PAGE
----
While the headquarters of the world’s largest medical device and diagnostics corporations have historically been located, well, elsewhere, California has long occupied a role of central importance for the advancement of medical technologies.
In fact, it would be hard to imagine what today’s medtech sector might be like without the influence of California’s early medtech entrepreneurs. The R&D processes created by those product developers— sometimes without significant corporate funding or the resources of government or university labs—have given the medical device industry a number of distinctive characteristics when compared to other life sciences sectors.
Today, California’s entrepreneurial culture continues to be an important foundation of medtech innovation. But the growth and increasing sophistication of the sector over the past four decades have elevated the need for many other resources.
California’s academic resources have proven up to the challenge, with 11 of the top 100 universities on the Shanghai index located in the state. Top players include the University of California campuses at Berkeley, Davis, Irvine, Los Angeles, San Diego, San Francisco, Santa Barbara, and Santa Cruz, plus the well-known private powerhouses at the California Institute of Technology, Stanford University, and the University of Southern California. Several of these universities have programs focused directly on medical technology innovation and entrepreneurship.
For instance, UC Irvine’s Samueli School of Engineering houses the Edwards Lifesciences Center for Advanced Cardiovascular Technology, an academic-based research and training center aimed at fostering an interdisciplinary approach toward the understanding of cardiovascular disease.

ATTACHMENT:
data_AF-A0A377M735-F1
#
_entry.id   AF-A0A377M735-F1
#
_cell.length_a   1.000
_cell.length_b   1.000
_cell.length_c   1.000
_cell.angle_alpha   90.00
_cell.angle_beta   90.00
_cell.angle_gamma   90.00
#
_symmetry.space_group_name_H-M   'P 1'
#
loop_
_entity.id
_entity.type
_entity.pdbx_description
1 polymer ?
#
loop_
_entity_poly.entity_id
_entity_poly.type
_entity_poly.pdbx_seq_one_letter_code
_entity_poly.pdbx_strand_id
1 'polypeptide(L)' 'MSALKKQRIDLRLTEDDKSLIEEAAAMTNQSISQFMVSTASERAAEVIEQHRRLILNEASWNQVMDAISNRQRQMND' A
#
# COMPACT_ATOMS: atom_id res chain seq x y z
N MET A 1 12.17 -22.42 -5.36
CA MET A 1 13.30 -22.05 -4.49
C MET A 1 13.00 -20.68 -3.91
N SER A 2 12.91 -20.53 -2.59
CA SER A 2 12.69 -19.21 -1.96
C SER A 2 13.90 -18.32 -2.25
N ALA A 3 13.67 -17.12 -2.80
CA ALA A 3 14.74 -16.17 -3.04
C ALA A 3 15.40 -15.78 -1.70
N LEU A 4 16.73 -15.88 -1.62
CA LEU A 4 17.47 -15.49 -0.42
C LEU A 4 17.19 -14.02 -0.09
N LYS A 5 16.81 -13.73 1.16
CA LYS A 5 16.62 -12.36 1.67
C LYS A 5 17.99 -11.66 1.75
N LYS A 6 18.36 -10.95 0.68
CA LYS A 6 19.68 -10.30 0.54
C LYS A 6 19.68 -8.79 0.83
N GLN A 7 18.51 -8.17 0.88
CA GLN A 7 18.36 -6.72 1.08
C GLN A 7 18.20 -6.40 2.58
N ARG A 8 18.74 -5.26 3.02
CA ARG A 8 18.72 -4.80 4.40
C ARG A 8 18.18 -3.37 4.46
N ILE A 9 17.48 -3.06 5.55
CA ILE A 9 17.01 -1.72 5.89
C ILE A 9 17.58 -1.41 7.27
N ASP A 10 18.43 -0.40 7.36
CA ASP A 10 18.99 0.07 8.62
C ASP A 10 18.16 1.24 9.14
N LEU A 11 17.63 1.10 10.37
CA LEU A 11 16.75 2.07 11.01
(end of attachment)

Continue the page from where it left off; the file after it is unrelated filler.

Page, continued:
At Stanford, the schools of medicine and engineering came together to create the Stanford Biodesign program, whose mission is to train students, fellows, and faculty in the Biodesign process, a systematic approach to needs-finding and the invention and implementation of new biomedical technologies. Key components of the program include classes in medtech innovation, mentoring of students and faculty in the technology transfer process, and career services for students interested in medtech careers.
USC boasts the Alfred E. Mann Institute for Biomedical Engineering, a nonprofit organization intended to bridge the gap between biomedical invention and the creation of commercially successful medical products that improve and save lives. The institute was established by wellknown serial medtech entrepreneur Al Mann, who selected USC because of its rich pool of biomedical talent.
Equally important, life sciences activities in California’s universities are relatively well funded. In fiscal year 2015, according to the 2016 report of the California Life Sciences Association (CLSA), San Diego, the National Institutes of Health (NIH) awarded California scientists more than 7,300 research grants totaling $3.26 billion—the most of any state in the nation. In addition to the usual university suspects, top NIH grant recipients in California during FY 2015 included the Scripps Research Institute in La Jolla, a nonprofit research institution whose philosophy emphasizes the creation of basic knowledge in the biosciences for its application in medicine. (See Table 1)
“California is blessed with a rare combination of very favorable factors that help drive innovation,” says Josh Makower, MD, MBA, a consulting professor of medicine at Stanford University Medical School and cofounder of the university’s Biodesign program. “There’s an amazing pool of senior, experienced entrepreneurs, inventors, and innovators who are capable of mentoring others; a constant flow of talent from nearby companies and universities; and a culture of innovation stemming from years of successful local companies such as Fairchild, Intel, Apple, Oracle, Guidant, Devices for Vascular Intervention, Perclose, Facebook, Twitter, Ardian, Acclarent, and so on.”
Makower is his own best example. A serial entrepreneur in his own right, he is founder and CEO of ExploraMed Development LLC, Mountain View, one of many West Coast medtech incubators. (See Table 2) In addition, he is a venture partner with New Enterprise Associates, Menlo Park, where he supports the firm’s investing activity in the medical device arena. And he is coauthor of a compendium created to support teaching efforts in Stanford’s Biodesign program.